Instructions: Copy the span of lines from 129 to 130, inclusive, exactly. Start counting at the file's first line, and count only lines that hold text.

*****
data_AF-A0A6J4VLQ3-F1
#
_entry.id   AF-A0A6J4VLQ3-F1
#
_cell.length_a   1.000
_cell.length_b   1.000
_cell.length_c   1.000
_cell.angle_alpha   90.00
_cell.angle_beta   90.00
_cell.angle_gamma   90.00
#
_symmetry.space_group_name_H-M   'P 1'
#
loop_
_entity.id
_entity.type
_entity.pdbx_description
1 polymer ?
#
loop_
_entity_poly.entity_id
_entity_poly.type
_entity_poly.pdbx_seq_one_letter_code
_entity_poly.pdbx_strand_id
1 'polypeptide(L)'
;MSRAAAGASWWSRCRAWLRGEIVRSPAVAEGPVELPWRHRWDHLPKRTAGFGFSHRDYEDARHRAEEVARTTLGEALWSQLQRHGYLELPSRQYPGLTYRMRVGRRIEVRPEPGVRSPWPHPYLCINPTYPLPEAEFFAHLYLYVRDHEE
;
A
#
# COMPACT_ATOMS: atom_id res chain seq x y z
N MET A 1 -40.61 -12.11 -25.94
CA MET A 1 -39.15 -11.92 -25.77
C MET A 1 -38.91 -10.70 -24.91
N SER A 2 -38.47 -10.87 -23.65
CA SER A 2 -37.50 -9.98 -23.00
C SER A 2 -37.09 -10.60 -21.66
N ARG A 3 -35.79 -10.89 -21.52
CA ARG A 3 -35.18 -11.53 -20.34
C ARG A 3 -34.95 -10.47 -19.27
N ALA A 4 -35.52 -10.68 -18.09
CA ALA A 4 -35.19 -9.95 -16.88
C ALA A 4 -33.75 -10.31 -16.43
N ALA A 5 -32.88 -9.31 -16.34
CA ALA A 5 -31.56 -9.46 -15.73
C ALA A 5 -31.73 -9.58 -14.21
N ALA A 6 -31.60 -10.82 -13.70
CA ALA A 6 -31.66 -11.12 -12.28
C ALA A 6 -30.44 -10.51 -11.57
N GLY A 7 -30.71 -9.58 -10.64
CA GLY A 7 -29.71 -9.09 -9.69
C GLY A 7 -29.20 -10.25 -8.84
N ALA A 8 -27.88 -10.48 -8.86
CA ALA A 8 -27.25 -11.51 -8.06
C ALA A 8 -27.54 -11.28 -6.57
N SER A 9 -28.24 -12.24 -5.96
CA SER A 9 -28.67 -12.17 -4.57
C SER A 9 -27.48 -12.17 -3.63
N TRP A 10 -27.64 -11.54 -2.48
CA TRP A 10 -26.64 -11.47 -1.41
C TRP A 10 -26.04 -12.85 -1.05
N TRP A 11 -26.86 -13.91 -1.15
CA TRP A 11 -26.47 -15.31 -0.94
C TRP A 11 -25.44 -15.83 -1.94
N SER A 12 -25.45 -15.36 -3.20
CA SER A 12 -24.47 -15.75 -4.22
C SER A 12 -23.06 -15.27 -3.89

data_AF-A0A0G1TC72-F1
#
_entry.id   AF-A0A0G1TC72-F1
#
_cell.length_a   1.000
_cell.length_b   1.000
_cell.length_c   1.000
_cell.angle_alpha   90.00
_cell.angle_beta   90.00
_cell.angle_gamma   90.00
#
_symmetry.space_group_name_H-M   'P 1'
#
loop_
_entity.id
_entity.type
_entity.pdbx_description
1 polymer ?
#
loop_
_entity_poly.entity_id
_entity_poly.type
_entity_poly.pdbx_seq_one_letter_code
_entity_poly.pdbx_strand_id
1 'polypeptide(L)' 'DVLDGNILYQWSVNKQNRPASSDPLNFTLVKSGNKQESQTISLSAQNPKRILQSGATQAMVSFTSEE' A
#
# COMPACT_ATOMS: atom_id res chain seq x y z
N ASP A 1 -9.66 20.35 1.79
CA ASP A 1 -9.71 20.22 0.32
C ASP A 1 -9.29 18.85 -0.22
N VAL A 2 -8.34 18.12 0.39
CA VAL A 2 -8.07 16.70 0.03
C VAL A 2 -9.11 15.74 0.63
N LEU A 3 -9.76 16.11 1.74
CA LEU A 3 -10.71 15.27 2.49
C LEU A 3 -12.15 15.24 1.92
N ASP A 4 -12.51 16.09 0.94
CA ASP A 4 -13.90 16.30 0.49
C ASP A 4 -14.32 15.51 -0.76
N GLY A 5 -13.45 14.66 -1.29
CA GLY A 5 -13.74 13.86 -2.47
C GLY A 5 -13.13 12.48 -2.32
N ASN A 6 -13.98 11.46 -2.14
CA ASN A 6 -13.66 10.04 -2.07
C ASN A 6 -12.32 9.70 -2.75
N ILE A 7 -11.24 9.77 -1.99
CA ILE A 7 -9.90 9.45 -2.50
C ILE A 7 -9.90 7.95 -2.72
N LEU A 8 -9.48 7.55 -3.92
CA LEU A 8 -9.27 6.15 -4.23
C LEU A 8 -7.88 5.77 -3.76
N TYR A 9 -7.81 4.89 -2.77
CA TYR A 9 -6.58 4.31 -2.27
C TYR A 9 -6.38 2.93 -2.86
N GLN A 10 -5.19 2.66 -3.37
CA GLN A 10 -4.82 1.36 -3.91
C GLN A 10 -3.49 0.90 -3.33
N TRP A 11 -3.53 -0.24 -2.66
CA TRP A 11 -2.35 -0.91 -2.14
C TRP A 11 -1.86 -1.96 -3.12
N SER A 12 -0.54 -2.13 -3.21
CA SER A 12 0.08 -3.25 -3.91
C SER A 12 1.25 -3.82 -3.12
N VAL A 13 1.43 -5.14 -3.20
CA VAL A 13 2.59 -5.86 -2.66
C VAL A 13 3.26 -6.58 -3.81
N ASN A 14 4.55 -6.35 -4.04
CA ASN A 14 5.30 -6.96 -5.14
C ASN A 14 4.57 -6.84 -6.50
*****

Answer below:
C SER A 12 1.25 -3.82 -3.12
N VAL A 13 1.43 -5.14 -3.20